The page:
The internet is fertile ground for software piracy, but perpetrators are not above the law and, with the right legal advice, effective steps can be taken to counteract the problem. In one case, the High Court came to the aid of a video games company whose business was being decimated by illicit websites.
The company had sold millions of games consoles in the UK and had sophisticated technological protection measures in place which were meant to ensure that they could only be used to play authorised games. These had, however, been circumvented by four websites which marketed accessories used to download games free of charge.
In those circumstances, the company sought injunctions against the UK’s five main retail internet service providers, requiring them to block, or at least impede, access to the offending websites. The providers all either consented to or did not oppose orders being made against them, but the Court nevertheless had to satisfy itself that the application was properly made.
In granting the orders sought, the Court noted that those behind the websites had proved untraceable and that they might well be operated from abroad. They made liberal unauthorised use of the company’s trade marks and their misleading content was likely to deceive many consumers into believing that they are legitimate. Their objective was to take unfair advantage of the reputation of the company’s trade marks in order to sell circumvention devices.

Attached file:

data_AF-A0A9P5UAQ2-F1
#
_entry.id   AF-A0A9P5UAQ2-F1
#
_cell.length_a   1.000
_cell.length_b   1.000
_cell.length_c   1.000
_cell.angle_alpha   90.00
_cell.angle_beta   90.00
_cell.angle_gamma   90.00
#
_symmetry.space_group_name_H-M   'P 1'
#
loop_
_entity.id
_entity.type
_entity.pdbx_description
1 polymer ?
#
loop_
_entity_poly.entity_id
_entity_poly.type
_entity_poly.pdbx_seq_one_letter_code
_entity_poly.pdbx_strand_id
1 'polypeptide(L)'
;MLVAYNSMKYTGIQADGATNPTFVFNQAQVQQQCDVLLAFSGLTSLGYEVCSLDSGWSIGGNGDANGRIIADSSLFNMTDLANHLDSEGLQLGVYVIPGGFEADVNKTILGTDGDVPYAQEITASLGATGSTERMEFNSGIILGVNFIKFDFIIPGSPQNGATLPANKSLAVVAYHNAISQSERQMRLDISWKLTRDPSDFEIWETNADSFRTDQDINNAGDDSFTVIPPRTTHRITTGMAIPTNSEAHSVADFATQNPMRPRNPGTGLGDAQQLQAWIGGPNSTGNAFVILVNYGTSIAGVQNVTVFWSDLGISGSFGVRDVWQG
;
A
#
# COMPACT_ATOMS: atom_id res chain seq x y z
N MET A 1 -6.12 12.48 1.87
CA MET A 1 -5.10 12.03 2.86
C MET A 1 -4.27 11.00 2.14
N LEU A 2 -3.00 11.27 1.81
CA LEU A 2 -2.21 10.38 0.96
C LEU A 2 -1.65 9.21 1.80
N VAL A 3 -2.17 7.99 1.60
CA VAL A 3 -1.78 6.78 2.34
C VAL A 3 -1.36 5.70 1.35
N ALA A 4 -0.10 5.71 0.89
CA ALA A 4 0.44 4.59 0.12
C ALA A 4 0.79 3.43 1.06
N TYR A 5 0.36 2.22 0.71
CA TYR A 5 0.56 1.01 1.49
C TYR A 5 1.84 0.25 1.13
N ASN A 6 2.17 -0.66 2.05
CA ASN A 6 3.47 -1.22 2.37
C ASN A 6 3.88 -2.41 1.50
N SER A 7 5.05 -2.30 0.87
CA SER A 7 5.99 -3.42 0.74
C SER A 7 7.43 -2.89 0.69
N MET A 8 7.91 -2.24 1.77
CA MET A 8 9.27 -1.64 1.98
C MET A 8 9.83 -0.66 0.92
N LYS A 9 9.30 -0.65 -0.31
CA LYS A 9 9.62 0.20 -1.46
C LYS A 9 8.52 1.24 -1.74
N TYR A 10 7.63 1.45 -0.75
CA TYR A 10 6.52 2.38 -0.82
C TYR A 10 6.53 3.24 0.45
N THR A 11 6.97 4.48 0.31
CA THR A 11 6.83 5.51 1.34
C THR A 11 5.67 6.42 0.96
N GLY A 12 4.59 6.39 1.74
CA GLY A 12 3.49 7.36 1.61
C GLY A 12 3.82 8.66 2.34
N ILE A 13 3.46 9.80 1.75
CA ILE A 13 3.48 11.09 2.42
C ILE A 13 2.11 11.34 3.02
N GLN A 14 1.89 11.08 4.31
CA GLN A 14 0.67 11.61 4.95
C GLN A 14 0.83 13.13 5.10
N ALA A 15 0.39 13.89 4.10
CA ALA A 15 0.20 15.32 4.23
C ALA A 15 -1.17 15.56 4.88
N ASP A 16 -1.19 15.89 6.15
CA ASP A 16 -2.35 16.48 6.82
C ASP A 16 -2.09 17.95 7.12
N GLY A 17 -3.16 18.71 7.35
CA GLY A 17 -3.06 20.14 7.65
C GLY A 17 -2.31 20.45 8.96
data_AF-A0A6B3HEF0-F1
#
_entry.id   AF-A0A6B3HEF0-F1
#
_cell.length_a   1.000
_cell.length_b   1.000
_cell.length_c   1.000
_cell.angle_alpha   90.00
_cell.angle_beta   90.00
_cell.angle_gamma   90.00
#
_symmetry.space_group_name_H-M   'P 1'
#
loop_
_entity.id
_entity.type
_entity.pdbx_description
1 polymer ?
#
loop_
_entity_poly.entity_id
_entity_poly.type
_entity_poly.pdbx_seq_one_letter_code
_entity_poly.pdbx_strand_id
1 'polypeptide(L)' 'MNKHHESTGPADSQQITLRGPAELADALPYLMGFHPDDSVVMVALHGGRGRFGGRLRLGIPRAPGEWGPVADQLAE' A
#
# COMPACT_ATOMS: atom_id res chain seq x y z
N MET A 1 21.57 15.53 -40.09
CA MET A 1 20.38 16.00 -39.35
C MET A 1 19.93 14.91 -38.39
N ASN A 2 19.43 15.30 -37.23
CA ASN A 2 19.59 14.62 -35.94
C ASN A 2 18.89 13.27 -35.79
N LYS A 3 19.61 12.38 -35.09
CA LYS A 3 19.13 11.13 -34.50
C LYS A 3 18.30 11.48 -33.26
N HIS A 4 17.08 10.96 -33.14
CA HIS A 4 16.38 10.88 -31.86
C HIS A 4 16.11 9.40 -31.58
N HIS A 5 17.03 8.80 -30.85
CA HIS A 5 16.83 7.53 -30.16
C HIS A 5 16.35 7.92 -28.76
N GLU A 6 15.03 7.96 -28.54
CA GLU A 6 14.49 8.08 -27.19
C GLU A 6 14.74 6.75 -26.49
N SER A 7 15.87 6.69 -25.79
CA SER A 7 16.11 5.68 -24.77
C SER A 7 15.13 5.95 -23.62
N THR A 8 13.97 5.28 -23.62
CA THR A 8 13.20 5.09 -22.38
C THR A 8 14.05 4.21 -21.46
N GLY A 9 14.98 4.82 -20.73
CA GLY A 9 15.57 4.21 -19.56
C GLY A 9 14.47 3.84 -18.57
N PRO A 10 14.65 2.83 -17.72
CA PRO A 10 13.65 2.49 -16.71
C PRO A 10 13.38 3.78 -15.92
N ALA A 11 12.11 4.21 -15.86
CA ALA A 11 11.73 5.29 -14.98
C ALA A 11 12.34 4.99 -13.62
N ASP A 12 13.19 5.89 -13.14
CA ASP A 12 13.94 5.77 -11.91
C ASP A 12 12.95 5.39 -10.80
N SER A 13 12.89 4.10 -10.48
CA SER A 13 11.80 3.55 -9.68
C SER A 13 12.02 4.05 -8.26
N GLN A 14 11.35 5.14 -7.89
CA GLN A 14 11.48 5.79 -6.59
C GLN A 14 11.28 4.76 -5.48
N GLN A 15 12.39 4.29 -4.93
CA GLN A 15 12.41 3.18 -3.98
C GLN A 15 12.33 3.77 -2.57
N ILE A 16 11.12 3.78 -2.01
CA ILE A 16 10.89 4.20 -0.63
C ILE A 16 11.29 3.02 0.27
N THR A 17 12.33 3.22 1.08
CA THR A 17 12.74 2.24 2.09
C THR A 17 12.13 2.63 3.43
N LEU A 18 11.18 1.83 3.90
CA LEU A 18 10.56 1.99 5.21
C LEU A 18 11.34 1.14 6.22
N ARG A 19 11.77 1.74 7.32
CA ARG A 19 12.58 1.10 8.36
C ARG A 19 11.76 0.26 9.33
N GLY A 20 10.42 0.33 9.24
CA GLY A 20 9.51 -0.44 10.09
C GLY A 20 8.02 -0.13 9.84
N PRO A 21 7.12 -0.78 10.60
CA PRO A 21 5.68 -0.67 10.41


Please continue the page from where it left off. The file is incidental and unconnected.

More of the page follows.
The orders were necessary in that the websites were causing substantial damage to the company’s business and no alternative measures were realistically available. Cease and desist letters and take-down requests had been ignored. The orders would have no impact on legitimate trade, could be easily implemented and were likely to be effective in at least reducing traffic to the offending websites. The company would pay the internet providers’ costs of implementing the orders, which represented a proportionate response to the websites’ unlawful activities.